DISC, short for dominant, influence or interactive, steadiness, and conscientiousness, is a personality and behavioral test taken by individuals who seek a deeper understanding of what causes them to be who they are and do the things they do. Companies implement the test to understand what motivates their employees and find perfect fits for individuals and jobs. As an executive and real estate professional of over a decade, Ross Burack understands the significance behind finding out what motivates employees.   

The DISC test is based on Dr. William Moulton Marstons’ work, who created the concept of DISC (Dominance, Influence, Submission, and Compliance) in 1928.  By truthfully answering the questions on the test, a personality profile becomes apparent.  People may fall solely into one category or find themselves with characteristics from several.  Reading the test and gaining perspective of what drives individuals offers a leg up to understanding how the working environment can reach its potential. 

Using DISC during the application and interview process of new hires aids in fitting the right individual to the correct position.  

A quick overview of what DISC stands for and how it relates to personality follows.

D for Dominance:  A person who scores high in dominance tends to be forthright, assertive, forceful, demanding, and is often motivated by competition. D’s tend to make good leaders who are not afraid of making quick decisions.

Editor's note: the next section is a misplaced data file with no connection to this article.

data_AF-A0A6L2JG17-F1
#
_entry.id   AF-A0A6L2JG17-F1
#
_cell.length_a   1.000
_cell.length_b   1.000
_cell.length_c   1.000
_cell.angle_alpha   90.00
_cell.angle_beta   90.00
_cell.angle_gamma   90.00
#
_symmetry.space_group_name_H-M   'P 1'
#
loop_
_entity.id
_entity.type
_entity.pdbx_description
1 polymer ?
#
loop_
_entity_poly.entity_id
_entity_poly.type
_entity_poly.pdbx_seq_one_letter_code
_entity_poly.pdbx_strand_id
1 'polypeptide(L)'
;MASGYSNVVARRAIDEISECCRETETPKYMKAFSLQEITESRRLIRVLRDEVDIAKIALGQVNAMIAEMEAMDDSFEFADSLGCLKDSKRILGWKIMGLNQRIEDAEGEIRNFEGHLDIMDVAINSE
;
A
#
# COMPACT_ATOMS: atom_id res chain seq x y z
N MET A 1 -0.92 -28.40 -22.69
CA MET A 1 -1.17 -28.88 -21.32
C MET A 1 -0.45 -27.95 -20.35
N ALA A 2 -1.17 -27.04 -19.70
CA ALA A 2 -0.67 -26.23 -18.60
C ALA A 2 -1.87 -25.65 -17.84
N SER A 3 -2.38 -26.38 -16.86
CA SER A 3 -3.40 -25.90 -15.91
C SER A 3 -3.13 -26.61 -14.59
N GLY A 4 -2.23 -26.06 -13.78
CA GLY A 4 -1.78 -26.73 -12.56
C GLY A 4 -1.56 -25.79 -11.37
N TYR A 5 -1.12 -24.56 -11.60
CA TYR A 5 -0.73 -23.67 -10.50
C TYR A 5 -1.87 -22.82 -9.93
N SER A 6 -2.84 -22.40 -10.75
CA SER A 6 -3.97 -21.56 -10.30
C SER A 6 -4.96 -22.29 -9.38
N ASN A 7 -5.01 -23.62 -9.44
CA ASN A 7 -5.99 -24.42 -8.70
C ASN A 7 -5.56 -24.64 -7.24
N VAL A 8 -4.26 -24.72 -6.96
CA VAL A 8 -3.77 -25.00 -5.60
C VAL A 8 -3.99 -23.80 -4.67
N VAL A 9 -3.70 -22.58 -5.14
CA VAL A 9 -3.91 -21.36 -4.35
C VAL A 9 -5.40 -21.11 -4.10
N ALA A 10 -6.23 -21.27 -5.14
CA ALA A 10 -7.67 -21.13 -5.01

I for Influence or Interactive:  Individuals that have the ability to influence others by talking and tend to be emotional fall under this category. Words that describe this group are: bubbly, political, persuasive, engaging, optimistic, and trusting.

S for Steadiness (Submission in Marstons’ concept):  Falling under this category means the person likes a steady pace with little or no change. 

Characteristics that define this group are calm, relaxed, patient, deliberate, and predictable.

C for Conscientiousness: 

This final group of people prefers structured lives with a penchant for adhering to rules and not bucking the system. 

Cautious, accurate, tactful, neat, and diplomatic are a few descriptive words that define who they are.

People fall into a variety of categories being strong in one but showing characteristics of another as well. Employees who take the test are given insight into who they are.  Becoming self-aware opens the horizons to new possibilities within the company.   Human resource personnel can use DISC as yet another tool in the quest for finding the right person for an available job. 

Companies benefit from implementing DISC and learning their employees’ characteristics with reduced stress and conflict, and improving communication and time-management skills.  For Ross Burack, there is never wrong in attaining a higher level of personal understanding and awareness. By leveraging DISC tools, business owners and entrepreneurs such as Ross Burack can more effectively establish a team that will ultimately drive revenue and overall company growth. For more business tips and tricks from Ross Burack, check out his website or connect on LinkedIn!